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What Is a Ghost Gun?

What Is a Ghost Gun?

Are Ghost Guns Illegal?

Ghost guns are untraceable, unregulated, and un-serialized firearms that are easy to assemble and use. Purchasers do not go through background checks and pay much less money for ghost guns than they would for lawful firearms. As such, it is not surprising that minors and convicted felony offenders ― two groups who are generally prohibited from possessing firearms ― often resort to using ghost guns for self-defense or in the commission of crimes.

The Department of Justice (DOJ) reported that from 2016 to 2020, more than 23,000 un-serialized firearms were reported to have been recovered by law enforcement from potential crime scenes — including in connection with 325 homicides or attempted homicides. That said, ghost guns pose a strong threat to public safety, but why haven’t law enforcement authorities done anything about it?

The fact of the matter is that federal firearms laws contain a loophole that essentially allows ghost guns to avoid regulation. This is because federal law currently defines “firearm” as:

  • Any weapon (including a starter gun) which will or is designed to or may readily be converted to expel a projectile by the action of an explosive
  • The frame or receiver of any such weapon
  • Any firearm muffler or firearm silencer
  • Any destructive device

However, federal firearms laws do not address who can purchase ghost gun kits or parts and how many kits or parts a person can purchase. That’s why ghost gun users have been able to escape prosecution for so long. Chose guns may be legal for more but this is about to change, as the federal government is now well aware of the popularity and threat of ghost guns in the United States.

To address these loopholes, the DOJ has proposed a rule that would seek to close the ghost gun loophole. The Department of Justice (DOJ) states that the prosed rule would modernize the definition of “frame or receiver” and help close a regulatory loophole associated with the un-serialized, privately-made firearms that are increasingly being found at crime scenes in the US, or “ghost guns.”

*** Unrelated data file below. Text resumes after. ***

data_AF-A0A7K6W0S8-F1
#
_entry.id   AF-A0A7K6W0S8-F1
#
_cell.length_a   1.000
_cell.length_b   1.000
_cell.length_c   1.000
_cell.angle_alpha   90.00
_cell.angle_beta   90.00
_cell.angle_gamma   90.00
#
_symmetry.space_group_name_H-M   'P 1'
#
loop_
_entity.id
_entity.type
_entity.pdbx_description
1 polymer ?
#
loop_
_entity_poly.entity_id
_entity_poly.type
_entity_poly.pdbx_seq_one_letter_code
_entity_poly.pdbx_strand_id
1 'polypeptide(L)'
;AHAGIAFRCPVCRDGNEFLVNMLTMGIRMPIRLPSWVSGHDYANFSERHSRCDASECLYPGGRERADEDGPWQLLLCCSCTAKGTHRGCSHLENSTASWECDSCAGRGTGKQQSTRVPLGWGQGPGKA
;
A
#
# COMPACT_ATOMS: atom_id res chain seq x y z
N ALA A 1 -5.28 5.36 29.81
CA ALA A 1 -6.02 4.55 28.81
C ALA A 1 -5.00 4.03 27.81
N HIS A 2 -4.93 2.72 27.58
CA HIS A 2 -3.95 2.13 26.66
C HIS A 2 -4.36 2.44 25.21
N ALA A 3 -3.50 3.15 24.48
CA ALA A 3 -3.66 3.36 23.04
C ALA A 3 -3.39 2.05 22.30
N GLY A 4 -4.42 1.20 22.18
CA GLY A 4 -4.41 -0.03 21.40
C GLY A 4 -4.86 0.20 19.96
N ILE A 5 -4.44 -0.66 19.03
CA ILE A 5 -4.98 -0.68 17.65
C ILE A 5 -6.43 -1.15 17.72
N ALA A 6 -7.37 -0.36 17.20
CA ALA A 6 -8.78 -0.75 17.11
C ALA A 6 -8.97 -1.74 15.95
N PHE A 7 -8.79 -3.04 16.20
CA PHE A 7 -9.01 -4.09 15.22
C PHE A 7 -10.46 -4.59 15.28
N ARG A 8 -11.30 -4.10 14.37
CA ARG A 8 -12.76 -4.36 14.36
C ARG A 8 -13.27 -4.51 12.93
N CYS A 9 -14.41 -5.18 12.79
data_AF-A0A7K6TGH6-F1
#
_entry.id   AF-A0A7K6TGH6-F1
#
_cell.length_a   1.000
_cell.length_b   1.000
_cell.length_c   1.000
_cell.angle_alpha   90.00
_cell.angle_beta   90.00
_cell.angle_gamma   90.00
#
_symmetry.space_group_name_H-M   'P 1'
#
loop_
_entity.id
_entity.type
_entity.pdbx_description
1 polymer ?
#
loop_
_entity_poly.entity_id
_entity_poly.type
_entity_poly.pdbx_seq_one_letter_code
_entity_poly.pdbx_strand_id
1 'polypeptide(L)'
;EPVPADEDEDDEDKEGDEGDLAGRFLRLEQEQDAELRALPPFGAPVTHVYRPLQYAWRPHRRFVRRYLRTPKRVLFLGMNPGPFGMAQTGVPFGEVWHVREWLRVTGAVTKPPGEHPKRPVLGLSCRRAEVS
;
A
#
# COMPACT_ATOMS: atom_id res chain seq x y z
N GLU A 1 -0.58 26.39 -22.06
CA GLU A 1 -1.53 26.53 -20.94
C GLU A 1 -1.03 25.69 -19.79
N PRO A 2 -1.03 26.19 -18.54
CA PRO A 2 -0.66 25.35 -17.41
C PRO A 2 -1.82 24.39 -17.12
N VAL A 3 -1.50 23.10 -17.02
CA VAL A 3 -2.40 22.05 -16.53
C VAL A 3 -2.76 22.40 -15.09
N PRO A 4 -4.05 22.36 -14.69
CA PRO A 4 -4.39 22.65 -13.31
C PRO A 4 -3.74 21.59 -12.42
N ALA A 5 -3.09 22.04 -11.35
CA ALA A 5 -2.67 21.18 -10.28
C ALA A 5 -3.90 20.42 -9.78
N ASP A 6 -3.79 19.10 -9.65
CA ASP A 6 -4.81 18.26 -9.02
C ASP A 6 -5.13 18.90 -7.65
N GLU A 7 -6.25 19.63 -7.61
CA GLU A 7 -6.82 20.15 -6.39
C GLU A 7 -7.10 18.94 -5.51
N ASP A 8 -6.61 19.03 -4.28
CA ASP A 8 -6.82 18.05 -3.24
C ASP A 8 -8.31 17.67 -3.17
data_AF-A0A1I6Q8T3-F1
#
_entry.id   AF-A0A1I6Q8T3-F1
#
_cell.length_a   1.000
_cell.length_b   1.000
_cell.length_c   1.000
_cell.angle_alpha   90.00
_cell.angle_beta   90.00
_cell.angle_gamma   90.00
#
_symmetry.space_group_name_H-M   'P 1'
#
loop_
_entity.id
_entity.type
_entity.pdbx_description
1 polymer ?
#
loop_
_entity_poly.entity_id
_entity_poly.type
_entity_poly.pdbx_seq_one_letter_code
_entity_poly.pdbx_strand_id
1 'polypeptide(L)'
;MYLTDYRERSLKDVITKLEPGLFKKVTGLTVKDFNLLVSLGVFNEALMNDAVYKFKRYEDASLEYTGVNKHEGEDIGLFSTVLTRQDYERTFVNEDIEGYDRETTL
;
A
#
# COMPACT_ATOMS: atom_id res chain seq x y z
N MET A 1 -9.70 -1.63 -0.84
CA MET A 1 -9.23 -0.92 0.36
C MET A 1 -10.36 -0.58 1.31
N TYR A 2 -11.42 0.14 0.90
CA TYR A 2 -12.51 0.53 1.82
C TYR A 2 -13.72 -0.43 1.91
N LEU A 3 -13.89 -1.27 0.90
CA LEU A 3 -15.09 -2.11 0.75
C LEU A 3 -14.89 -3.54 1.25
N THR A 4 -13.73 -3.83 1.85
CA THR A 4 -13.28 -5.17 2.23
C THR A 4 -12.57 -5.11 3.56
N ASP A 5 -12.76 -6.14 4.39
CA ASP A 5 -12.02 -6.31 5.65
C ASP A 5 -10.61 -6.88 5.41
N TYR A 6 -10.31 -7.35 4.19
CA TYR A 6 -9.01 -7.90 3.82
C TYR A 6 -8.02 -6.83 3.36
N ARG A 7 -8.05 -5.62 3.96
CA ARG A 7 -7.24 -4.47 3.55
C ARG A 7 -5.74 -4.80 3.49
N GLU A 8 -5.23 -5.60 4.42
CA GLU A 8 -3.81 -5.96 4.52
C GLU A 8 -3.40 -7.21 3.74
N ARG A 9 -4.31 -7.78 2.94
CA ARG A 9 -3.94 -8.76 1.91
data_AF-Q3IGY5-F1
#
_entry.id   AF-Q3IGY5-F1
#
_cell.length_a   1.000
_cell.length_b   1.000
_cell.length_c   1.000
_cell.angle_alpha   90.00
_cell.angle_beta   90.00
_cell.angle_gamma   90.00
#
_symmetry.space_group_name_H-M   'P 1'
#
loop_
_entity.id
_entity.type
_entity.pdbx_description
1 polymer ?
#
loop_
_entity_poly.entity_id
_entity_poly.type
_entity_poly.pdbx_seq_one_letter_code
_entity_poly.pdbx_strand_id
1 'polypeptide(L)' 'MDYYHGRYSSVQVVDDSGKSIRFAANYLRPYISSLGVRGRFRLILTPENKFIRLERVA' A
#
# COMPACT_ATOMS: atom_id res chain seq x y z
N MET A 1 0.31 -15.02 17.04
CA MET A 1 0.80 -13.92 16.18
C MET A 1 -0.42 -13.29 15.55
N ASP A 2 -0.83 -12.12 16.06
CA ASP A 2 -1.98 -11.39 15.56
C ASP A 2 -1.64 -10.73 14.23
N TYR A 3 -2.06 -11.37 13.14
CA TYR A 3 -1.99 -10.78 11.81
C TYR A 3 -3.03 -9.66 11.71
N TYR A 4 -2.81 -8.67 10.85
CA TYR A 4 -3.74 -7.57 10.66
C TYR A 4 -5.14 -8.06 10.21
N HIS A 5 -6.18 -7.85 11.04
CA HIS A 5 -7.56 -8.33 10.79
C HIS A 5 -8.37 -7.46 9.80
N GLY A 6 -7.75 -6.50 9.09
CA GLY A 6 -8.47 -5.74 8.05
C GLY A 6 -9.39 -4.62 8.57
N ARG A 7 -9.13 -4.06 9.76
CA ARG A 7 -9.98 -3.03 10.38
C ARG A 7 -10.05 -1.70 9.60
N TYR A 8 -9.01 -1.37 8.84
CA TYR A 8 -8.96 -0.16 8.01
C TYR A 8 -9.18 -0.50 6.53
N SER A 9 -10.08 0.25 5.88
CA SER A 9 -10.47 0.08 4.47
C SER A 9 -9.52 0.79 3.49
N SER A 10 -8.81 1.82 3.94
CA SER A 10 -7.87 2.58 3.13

In general, those who have certain mental incapacities or were convicted of felonies or certain domestic violence offenses cannot legally possess, purchase, sell, distribute, or traffic firearms under federal law. Federal authorities recognize that criminals who are not allowed to possess firearms tend to get their hands on ghost guns instead, which is lawmakers aim to address the root of these issues by revising federal firearms laws. With this in mind, the proposed rule by the DOJ would have the following impacts once implemented:

  • To help keep guns from being sold to convicted felons and other prohibited purchasers, the rule would clarify that retailers must run background checks before selling kits that contain the parts needed to readily make a gun at home
  • To help law enforcement trace guns used in the commission of a crime, the proposed rule would require manufacturers to include a serial number on the firearm frame or receiver in easy-to-build firearm kits
  • To help reduce the number of ghost guns in American, the rule would outline requirements for federally-licensed firearms dealers to have a serial number added to 3D printed guns or other un-serialized firearms that are taken into inventory

Who Cannot Possess a Gun in California?

In California, any person who meets one or more of the following criteria is prohibited from buying, owning, or possessing firearms or ammunition:

  • Has a conviction for any misdemeanor listed in Penal Code section 29805
  • Has a conviction for any felony
  • Is addicted to the use of any narcotic drug
  • Has been held involuntarily as a danger to self or others pursuant to Welfare and Institutions Code section 8103

In addition, certain people who have specified mental conditions, have a domestic violence restraining orders against them, are on probation, or committed certain offenses as juveniles may be prohibited from buying, owning, or possessing firearms or ammunition in California. That said, ghost guns are often purchased by those who are prohibited from having firearms, as we mentioned before, and as a result, both state and federal authorities are working diligently to close the legal loophole that has allowed ghost gun purchases to spread rampantly.

In addition, law enforcement agencies are working tirelessly to detect ghost gun manufacturers and distributors while targeting those who purchase these firearms. With the increasing amount of ghost guns being recovered at crime scenes, authorities are motivated to target those who are suspected of using them in the commission of crimes.

For these reasons and more, we strongly encourage you to contact us at (510) 907-6600 if you are charged with weapons or violent crimes. Our lawyer will fight for you!

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